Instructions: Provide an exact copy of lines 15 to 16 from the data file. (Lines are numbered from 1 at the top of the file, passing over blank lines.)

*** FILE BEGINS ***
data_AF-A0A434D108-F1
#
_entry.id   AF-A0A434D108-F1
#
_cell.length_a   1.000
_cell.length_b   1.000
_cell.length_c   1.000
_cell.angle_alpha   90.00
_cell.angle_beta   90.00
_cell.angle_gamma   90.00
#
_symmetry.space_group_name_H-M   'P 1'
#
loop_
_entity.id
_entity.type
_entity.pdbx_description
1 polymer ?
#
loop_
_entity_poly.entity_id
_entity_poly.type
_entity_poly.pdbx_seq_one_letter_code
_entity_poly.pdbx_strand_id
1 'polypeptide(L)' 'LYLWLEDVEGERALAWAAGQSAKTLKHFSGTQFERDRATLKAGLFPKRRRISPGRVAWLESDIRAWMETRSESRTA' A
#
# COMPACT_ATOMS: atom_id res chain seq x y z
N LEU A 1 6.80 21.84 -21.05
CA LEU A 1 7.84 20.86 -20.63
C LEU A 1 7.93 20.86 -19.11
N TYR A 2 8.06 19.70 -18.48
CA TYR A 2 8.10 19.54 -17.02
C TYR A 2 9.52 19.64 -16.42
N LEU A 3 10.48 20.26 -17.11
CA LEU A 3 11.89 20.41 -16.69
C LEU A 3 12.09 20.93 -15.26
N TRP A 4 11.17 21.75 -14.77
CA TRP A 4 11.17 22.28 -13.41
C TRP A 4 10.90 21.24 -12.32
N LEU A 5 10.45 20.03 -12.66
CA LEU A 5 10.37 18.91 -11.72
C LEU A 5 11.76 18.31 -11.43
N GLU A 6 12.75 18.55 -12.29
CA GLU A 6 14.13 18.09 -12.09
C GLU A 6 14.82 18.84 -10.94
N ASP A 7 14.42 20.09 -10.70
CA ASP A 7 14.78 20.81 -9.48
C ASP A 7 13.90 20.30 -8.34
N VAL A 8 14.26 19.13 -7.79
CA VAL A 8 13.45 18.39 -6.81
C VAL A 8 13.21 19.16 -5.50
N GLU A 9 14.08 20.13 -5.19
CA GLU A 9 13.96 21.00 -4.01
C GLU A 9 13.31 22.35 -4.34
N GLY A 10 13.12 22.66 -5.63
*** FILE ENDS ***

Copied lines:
_entity.id
_entity.type